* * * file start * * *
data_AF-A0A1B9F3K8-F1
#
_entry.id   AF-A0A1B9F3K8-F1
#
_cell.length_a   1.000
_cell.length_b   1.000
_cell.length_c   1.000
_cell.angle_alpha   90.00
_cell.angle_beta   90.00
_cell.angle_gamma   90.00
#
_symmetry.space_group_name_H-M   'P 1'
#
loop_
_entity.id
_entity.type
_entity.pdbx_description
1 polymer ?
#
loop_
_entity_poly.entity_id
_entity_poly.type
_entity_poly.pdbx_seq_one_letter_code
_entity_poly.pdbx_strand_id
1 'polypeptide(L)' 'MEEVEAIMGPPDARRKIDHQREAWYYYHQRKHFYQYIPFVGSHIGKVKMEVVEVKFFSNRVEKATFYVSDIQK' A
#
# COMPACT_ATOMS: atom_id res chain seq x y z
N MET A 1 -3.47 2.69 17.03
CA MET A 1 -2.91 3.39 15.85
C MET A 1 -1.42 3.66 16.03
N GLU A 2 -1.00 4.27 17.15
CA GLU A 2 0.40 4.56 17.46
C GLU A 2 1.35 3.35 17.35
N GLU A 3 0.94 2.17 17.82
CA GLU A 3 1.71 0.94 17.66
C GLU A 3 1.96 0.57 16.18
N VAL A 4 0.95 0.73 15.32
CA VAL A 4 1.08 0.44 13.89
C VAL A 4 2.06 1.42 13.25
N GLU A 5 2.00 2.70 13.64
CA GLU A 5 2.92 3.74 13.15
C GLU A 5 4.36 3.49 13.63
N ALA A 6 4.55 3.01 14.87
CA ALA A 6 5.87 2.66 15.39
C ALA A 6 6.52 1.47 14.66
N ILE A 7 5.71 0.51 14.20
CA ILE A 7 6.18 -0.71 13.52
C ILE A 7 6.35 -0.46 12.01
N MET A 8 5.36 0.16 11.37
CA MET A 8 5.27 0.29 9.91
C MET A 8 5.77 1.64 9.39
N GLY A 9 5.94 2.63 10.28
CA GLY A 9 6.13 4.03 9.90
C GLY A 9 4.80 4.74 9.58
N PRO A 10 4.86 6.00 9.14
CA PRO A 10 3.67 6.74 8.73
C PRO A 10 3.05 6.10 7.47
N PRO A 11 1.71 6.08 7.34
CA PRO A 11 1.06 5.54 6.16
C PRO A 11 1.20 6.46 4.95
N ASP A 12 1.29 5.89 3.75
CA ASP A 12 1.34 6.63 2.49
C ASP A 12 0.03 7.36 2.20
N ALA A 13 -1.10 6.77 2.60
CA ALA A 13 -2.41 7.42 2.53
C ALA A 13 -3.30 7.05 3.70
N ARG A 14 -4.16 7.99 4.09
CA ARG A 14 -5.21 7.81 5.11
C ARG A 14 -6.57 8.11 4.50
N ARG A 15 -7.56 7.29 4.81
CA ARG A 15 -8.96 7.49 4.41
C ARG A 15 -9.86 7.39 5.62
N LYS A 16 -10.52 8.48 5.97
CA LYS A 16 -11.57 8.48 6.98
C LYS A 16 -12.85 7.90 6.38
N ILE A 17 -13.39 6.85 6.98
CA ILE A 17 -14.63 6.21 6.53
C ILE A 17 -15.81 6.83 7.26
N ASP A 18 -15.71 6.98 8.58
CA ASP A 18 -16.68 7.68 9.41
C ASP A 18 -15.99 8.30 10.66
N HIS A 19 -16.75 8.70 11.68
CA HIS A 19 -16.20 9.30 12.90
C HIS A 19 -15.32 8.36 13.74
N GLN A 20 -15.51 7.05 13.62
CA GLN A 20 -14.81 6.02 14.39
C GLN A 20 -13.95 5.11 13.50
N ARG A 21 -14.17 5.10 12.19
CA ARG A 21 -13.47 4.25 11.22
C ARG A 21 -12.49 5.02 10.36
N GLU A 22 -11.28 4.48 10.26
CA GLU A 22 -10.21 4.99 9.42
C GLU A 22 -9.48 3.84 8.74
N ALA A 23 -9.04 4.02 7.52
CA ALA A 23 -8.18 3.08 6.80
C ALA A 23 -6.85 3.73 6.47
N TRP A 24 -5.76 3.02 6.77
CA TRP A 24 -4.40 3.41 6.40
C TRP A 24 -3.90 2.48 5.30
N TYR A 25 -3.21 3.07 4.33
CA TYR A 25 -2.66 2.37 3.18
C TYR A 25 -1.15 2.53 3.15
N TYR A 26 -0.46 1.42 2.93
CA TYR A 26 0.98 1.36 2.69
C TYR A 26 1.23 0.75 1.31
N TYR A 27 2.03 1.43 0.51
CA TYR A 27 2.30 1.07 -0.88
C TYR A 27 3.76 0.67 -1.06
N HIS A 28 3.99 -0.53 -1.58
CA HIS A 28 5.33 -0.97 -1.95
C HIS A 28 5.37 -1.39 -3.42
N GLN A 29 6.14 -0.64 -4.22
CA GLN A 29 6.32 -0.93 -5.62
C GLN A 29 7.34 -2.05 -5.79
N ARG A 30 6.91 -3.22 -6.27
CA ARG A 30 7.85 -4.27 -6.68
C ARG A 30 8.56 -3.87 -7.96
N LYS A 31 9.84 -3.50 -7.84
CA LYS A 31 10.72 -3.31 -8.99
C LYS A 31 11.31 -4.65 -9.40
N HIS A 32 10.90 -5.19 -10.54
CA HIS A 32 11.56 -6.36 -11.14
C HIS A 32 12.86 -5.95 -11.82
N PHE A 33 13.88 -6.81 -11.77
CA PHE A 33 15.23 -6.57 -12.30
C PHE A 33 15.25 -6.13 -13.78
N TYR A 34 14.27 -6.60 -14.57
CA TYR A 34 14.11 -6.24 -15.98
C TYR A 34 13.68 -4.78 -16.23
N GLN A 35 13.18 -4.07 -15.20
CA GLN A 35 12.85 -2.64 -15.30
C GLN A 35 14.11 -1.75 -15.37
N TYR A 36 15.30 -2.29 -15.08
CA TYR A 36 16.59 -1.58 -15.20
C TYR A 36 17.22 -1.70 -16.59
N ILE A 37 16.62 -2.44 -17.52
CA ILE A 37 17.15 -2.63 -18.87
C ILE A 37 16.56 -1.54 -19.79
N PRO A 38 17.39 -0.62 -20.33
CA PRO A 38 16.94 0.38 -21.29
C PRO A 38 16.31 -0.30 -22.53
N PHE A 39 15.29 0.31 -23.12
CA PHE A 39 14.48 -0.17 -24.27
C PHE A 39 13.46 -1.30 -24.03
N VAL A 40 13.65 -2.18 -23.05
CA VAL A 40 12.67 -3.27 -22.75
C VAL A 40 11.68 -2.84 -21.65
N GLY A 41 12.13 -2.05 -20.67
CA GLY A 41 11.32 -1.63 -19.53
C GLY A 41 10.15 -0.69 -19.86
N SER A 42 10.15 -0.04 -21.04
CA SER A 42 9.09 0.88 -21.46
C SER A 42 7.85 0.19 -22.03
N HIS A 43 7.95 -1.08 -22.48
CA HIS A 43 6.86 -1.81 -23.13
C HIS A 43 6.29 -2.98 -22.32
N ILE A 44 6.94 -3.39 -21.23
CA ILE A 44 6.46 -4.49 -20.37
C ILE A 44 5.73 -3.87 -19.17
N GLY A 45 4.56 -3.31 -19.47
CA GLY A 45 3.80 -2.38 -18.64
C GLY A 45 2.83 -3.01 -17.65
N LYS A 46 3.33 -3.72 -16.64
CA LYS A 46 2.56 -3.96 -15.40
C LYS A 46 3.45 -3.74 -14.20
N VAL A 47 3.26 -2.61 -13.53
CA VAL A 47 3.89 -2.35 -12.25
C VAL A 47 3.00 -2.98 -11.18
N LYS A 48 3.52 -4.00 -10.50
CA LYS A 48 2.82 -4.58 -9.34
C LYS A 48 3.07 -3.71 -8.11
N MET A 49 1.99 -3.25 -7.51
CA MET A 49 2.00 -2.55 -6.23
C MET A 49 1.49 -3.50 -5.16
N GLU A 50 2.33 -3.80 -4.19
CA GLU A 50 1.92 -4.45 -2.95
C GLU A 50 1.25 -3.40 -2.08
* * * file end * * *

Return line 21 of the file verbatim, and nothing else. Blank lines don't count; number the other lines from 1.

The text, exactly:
_entity_poly.entity_id